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Old 07-02-2009, 08:02 AM   #43
Peter Goldsbury
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Dojo: Hiroshima Kokusai Dojo
Location: Hiroshima, Japan
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Re: The Challenge of Not Competing

To Jim Cooper, Mark Murray,

The more I read Morihei Ueshiba, the more I am coming to believe that the English translations of his discourses fall short of transmitting what he actually stated--and also what he meant--to those who cannot read him in Japanese. Hence my question to Mr Cooper.

In his discourses, Ueshiba uses two Japanese terms and both are usually translated in English as 'competition'. However, the terms are quite different in meaning and the translations do not make this clear. The terms are 競争 (kyoso) and 試合 (shiai).

Shiai is competition in the sense of a tournament, such as those held at the Olympics, with referees & judges, who have flags or hold up score cards. Ueshiba was adamant that this sort of thing was totally incompatible with aikido as he understood the art.

Kyoso is something far less structured and is best translated as rivalry. It is what Toyota, Nissan and Honda do to increase their market share. It is the state of mind that lies behind rivalry between sportsmen. It can be quite nasty, but it can also be quite friendly and constructive.

Since Ueshiba always stated that aikido was not about winning and losing, his obvious approval of the desire to excel, always to be better than the next man, is usually left unexamined. However, although he never competed in tournaments (which he equated with western sports and thus with a complete lack of understanding of Japanese budo culture), Ueshiba's entire life embodied the importance of kyoso. If the biographies are to be believed, he practised kyoso all his life. He took on all comers and he beat them.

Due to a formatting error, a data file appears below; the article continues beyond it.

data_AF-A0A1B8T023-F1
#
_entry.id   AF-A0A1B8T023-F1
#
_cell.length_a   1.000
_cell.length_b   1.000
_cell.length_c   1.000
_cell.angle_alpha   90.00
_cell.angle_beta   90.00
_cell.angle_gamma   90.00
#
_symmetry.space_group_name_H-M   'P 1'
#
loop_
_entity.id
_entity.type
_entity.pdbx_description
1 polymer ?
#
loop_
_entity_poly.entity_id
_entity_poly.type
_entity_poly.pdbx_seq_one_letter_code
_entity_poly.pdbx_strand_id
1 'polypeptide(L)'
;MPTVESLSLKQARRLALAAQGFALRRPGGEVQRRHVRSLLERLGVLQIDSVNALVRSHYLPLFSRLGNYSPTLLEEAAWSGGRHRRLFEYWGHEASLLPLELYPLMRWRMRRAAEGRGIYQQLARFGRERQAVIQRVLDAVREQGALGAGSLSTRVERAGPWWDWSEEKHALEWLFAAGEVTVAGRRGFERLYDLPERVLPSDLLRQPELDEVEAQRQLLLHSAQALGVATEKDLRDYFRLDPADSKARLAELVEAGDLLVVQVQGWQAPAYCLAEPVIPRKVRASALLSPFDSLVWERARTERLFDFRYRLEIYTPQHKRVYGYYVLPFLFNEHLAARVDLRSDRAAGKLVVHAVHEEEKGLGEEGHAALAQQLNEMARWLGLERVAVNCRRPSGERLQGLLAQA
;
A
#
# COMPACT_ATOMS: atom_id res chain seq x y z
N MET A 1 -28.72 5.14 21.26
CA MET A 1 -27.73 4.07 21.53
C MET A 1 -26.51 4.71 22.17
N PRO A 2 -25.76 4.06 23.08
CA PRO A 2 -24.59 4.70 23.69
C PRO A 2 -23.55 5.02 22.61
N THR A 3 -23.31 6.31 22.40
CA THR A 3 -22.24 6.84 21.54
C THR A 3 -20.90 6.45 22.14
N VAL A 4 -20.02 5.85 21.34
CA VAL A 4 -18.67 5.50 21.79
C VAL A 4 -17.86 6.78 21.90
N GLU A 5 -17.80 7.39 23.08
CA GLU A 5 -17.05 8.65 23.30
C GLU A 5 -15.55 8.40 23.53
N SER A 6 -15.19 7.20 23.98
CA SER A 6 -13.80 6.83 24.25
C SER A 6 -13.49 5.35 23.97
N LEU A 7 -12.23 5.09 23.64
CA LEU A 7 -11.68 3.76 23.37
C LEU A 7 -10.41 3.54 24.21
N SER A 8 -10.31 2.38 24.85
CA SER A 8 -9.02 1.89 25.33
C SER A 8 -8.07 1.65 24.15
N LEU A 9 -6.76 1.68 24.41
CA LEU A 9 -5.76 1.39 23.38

To Mark Murray,

Why do I state that Ueshiba himself was misguided (which is what I actually mean)? I think his view of western sports was far too negative. In the Takemusu Aiki discourses, there is evidence of a very narrow view of western sports, which he believed was dominated by excessive individualism, and a desire to win that would certainly diminish the human personality.

Do not forget that Ueshiba saw himself standing on the Floating Bridge of Heaven as a messenger from the divine world. As such, his mission was to achieve harmony among the three worlds (divine, human, and the world in between) via AIKI, understood as aikido.

Ueshiba constantly talks of aikido as developing the upper part of the soul (which would go to heaven after death) and not the lower part (which would go to the lower world). He complained that the Japanese military trained the martial arts in the wrong way (which favored the lower part of the soul). Western sports were way below even this way.

So I believe that his view of western sports was completely wrong. Misguided was the term I used because I suspect that Ueshiba lacked the information needed to make a balanced judgment. But he also had a clear view of the differences between western sports, as he understood this, and Japanese budo (even though the latter involved kyoso).

Best wishes,


Last edited by Peter Goldsbury : 07-02-2009 at 08:05 AM.

P A Goldsbury
Hiroshima, Japan
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